Incentives for clinical trials
AbstractIt is often argued that drug companies do not wish to carry out post-approval head-to-head clinical trials, since their drugs may be revealed as being no better than existing drugs. However, we show that standard models for vertical differentiation predicts that pharmaceutical companies would in fact benefit from carrying out voluntary post-approval clinical trials: the elimination of quality uncertainty increases expected product differentiation, thereby raising prices for both high-quality and low-quality drugs. It is, however, to the disadvantage of consumers that trials are carried out. By extending the analysis to the case when prices cannot be raised, once the drug has been introduced on the market, we incorporate a prevalent feature of US and European markets. When prices cannot be raised, the entrant drug firm producing the new drug, no longer has incentives to carry out post-approval clinical trials.
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Bibliographic InfoArticle provided by Taylor & Francis Journals in its journal Economics of Innovation and New Technology.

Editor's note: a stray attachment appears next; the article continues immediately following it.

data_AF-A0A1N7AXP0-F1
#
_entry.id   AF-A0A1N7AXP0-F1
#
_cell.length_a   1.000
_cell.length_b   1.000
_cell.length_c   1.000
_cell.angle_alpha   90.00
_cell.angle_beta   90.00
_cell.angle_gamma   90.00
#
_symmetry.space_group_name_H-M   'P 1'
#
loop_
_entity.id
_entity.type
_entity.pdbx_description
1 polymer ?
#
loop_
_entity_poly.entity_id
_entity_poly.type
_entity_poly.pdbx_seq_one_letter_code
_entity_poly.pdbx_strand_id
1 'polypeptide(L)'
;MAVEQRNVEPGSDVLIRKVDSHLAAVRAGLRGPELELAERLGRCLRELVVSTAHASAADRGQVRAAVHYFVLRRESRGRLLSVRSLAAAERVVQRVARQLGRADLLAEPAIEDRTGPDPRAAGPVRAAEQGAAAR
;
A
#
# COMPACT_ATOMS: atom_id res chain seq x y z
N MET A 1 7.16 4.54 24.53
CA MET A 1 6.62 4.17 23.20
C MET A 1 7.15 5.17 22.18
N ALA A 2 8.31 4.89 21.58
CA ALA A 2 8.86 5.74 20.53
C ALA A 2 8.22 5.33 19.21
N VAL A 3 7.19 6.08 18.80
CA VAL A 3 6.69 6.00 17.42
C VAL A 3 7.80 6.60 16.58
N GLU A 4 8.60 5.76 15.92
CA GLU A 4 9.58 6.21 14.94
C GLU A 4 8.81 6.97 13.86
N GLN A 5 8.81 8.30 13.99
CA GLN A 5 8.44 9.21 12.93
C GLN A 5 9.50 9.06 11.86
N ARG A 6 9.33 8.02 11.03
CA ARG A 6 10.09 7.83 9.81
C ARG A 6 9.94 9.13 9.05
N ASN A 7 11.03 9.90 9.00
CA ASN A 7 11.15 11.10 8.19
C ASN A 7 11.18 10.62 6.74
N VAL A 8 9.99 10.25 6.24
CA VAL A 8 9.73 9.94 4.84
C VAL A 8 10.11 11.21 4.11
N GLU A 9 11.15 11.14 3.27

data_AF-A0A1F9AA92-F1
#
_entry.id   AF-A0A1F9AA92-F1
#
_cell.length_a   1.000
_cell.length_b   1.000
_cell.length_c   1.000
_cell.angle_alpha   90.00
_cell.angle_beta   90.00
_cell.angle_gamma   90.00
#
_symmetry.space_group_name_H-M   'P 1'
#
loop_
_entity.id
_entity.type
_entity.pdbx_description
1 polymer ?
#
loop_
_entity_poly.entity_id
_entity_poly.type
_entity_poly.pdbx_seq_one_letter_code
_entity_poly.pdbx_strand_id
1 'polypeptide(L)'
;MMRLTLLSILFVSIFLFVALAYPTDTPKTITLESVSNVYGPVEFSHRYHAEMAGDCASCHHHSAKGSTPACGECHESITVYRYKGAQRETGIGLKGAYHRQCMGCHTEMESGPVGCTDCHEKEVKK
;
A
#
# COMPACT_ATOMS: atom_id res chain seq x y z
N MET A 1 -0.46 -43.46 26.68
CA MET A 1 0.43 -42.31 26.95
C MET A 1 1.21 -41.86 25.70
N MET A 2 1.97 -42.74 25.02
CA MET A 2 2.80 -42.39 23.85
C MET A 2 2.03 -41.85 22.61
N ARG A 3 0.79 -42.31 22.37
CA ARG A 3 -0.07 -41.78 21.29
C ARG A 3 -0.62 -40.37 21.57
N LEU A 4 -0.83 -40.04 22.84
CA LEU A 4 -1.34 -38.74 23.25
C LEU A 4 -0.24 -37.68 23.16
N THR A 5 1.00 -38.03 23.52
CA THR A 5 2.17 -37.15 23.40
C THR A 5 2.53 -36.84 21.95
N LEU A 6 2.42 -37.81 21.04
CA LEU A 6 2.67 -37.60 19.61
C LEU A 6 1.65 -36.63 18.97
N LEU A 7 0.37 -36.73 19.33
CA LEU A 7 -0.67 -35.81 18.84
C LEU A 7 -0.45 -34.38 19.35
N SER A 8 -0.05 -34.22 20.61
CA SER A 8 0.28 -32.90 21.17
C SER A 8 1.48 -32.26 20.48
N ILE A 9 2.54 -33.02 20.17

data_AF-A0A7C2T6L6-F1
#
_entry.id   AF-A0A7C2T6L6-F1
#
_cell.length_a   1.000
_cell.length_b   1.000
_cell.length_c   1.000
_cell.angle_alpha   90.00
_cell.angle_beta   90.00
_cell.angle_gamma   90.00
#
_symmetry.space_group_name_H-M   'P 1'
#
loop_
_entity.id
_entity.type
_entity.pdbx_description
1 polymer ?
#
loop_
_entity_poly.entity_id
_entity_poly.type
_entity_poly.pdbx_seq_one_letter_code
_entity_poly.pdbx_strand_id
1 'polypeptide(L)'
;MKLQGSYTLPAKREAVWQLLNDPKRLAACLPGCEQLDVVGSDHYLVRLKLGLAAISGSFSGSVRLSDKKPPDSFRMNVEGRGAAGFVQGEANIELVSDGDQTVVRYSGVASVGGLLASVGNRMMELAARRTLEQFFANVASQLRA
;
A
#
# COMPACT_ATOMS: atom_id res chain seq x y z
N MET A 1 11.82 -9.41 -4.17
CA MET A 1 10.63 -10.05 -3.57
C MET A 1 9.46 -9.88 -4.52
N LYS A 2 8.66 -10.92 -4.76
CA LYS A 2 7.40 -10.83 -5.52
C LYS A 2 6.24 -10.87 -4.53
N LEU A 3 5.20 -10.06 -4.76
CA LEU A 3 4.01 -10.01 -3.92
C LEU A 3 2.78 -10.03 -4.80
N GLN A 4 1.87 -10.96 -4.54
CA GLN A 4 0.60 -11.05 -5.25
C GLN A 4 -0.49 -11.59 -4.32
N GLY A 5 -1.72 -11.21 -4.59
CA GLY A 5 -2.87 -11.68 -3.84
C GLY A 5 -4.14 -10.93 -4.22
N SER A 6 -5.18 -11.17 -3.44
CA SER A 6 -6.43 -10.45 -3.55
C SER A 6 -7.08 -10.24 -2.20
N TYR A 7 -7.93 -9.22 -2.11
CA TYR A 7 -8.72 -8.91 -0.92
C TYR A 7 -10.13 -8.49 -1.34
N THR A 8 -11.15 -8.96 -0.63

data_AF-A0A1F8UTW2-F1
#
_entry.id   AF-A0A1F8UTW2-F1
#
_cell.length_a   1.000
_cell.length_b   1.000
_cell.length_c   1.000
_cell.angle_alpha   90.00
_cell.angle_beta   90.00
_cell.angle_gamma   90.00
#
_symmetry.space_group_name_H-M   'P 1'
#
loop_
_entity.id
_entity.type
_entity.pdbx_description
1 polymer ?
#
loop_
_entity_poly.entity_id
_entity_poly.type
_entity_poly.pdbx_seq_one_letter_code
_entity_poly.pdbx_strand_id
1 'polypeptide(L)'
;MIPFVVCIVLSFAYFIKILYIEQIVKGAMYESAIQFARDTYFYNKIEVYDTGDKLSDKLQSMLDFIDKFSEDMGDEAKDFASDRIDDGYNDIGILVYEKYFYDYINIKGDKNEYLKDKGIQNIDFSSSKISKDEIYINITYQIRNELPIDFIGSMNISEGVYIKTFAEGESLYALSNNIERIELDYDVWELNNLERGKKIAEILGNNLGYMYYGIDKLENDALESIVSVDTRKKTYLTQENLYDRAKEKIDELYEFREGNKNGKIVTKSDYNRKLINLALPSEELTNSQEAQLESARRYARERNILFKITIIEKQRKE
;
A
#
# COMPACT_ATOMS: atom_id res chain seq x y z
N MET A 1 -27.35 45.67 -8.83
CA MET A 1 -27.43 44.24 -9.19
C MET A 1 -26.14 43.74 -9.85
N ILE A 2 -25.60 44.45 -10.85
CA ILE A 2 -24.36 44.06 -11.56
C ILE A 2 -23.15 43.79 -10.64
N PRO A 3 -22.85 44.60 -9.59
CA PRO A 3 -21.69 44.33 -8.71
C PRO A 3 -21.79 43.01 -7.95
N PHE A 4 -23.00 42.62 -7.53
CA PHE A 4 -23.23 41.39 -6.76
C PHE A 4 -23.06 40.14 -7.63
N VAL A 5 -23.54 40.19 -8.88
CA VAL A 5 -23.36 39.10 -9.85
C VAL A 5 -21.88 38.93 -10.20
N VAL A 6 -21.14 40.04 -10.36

Volume (Year): 18 (2009)
Issue (Month): 5 ()
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Other versions of this item:
- D81 - Microeconomics - - Information, Knowledge, and Uncertainty - - - Criteria for Decision-Making under Risk and Uncertainty
- D83 - Microeconomics - - Information, Knowledge, and Uncertainty - - - Search, Learning, and Information
- I18 - Health, Education, and Welfare - - Health - - - Government Policy; Regulation; Public Health
- L15 - Industrial Organization - - Market Structure, Firm Strategy, and Market Performance - - - Information and Product Quality
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